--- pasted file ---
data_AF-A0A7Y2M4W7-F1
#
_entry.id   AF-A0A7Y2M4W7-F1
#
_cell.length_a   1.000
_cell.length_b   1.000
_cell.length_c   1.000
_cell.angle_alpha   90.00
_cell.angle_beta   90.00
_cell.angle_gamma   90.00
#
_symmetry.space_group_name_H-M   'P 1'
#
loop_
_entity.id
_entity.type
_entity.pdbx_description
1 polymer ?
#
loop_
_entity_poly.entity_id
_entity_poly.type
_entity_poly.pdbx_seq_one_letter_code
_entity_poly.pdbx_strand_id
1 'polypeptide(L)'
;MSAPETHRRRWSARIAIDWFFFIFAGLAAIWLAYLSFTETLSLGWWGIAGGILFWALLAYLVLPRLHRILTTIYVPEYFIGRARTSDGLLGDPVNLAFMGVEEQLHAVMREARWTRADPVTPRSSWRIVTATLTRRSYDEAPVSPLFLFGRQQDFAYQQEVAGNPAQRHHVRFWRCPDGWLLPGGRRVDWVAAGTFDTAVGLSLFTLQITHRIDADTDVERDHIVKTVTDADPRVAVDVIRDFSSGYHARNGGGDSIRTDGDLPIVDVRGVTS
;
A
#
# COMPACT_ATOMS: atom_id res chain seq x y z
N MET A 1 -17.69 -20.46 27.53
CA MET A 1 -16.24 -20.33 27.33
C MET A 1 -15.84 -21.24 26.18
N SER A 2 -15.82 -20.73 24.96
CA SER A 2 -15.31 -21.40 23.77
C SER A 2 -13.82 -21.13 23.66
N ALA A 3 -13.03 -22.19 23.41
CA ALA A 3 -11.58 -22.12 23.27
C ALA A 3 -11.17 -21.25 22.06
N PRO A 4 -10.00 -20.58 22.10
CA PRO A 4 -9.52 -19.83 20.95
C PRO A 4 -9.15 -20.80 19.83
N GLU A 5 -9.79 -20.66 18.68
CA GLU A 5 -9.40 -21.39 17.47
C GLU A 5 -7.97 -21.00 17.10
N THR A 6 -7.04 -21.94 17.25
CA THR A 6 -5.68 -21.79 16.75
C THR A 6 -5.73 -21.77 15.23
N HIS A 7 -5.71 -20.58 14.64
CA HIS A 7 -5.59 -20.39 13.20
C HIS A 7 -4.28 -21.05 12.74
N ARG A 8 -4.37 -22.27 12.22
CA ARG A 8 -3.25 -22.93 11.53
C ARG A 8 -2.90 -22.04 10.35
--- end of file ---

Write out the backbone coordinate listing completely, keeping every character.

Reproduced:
data_AF-A0A7Y2M4W7-F1
#
_entry.id   AF-A0A7Y2M4W7-F1
#
_cell.length_a   1.000
_cell.length_b   1.000
_cell.length_c   1.000
_cell.angle_alpha   90.00
_cell.angle_beta   90.00
_cell.angle_gamma   90.00
#
_symmetry.space_group_name_H-M   'P 1'
#
loop_
_entity.id
_entity.type
_entity.pdbx_description
1 polymer ?
#
loop_
_entity_poly.entity_id
_entity_poly.type
_entity_poly.pdbx_seq_one_letter_code
_entity_poly.pdbx_strand_id
1 'polypeptide(L)'
;MSAPETHRRRWSARIAIDWFFFIFAGLAAIWLAYLSFTETLSLGWWGIAGGILFWALLAYLVLPRLHRILTTIYVPEYFIGRARTSDGLLGDPVNLAFMGVEEQLHAVMREARWTRADPVTPRSSWRIVTATLTRRSYDEAPVSPLFLFGRQQDFAYQQEVAGNPAQRHHVRFWRCPDGWLLPGGRRVDWVAAGTFDTAVGLSLFTLQITHRIDADTDVERDHIVKTVTDADPRVAVDVIRDFSSGYHARNGGGDSIRTDGDLPIVDVRGVTS
;
A
#
# COMPACT_ATOMS: atom_id res chain seq x y z
N MET A 1 -17.69 -20.46 27.53
CA MET A 1 -16.24 -20.33 27.33
C MET A 1 -15.84 -21.24 26.18
N SER A 2 -15.82 -20.73 24.96
CA SER A 2 -15.31 -21.40 23.77
C SER A 2 -13.82 -21.13 23.66
N ALA A 3 -13.03 -22.19 23.41
CA ALA A 3 -11.58 -22.12 23.27
C ALA A 3 -11.17 -21.25 22.06
N PRO A 4 -10.00 -20.58 22.10
CA PRO A 4 -9.52 -19.83 20.95
C PRO A 4 -9.15 -20.80 19.83
N GLU A 5 -9.79 -20.66 18.68
CA GLU A 5 -9.40 -21.39 17.47
C GLU A 5 -7.97 -21.00 17.10
N THR A 6 -7.04 -21.94 17.25
CA THR A 6 -5.68 -21.79 16.75
C THR A 6 -5.73 -21.77 15.23
N HIS A 7 -5.71 -20.58 14.64
CA HIS A 7 -5.59 -20.39 13.20
C HIS A 7 -4.28 -21.05 12.74
N ARG A 8 -4.37 -22.27 12.22
CA ARG A 8 -3.25 -22.93 11.53
C ARG A 8 -2.90 -22.04 10.35